Staten Island, New York, staple, Big Ang, born Angela Raiola, is in for a long, difficult battle after being diagnosed with stage four brain and lung cancer. The "Mob Wives" star's tumors are not responding to traditional treatment methods, so she's taking the road less traveled — turning to marijuana.
Big Ang's sister, Janine Detore, broke the news about the reality star's latest diagnosis via GoFundMe, according to a report from the New York Daily News. Detore started the page in an effort to raise funds for Big Ang, 55, to be able to purchase cannabis oil, as chemotherapy — which she started Jan. 5 — is not working for her. The oil, which is used by some cancer patients as an alternative treatment, can cost anywhere from $2,000 to $5,000 per month.
"As you know my sister was diagnosed with stage 4 brain and lung cancer. Chemotherapy was started January 5 th. On January 26th the doctor reviewed her CT scan and informed us that the treatment was not working, and in fact one tumor grew larger and the other tumors had no change," Detore wrote. "We were advised that she would start immunotherapy the following week. Well here we are at the emergency room waiting to see why her breathing is labored and the amount of pain she is having is by far more than she could handle. So I suggested cannabis oil as an alternative. This is why I am putting up this go fund me to try to help my sister to get this oil to help her at least be pain free. Angela cannot function to work anymore. I'm not sure that it will work but I'm praying ."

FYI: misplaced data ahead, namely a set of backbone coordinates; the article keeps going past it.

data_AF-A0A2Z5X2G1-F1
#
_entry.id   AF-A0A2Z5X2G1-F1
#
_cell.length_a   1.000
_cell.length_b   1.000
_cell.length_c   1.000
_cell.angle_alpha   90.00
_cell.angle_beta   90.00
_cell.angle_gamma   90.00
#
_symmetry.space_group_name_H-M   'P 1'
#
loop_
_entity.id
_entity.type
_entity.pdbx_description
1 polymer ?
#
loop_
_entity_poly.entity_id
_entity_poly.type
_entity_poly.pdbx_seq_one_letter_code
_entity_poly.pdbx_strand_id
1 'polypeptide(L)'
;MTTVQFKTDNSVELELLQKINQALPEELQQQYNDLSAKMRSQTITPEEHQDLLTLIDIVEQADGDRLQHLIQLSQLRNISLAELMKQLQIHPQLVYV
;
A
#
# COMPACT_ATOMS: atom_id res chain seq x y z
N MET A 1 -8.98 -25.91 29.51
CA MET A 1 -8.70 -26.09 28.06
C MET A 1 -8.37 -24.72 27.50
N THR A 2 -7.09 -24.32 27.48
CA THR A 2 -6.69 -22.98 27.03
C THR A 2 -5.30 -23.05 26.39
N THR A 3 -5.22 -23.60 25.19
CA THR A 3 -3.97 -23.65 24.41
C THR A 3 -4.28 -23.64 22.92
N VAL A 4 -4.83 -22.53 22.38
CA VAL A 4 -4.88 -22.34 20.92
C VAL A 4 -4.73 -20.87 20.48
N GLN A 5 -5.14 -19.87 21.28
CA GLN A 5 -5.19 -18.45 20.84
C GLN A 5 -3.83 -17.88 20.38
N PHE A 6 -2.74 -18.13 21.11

This is not the first challenge Big Ang has faced with her health. On Dec. 14, it was reported that her throat cancer, which she was diagnosed with in March 2015, had returned. Entertainment Tonight reported that the "Mob Wives" star got the news just months after undergoing two serious surgeries to have a lemon-sized throat tumor removed. The publication reported that Big Ang's battle with cancer would likely be featured on the VH1 reality show's sixth and final season, though nothing was confirmed.
Big Ang opened up about her diagnosis in September, telling People magazine that she quit smoking immediately after being diagnosed. She shared with the publication that it was difficult to give up the vice, which she'd had for a whopping 40 years, but "it's over." The New York native also discussed her throat surgery, admitting to People that if she'd known how difficult it would be to recover after the procedure she would have opted for chemotherapy from the get go.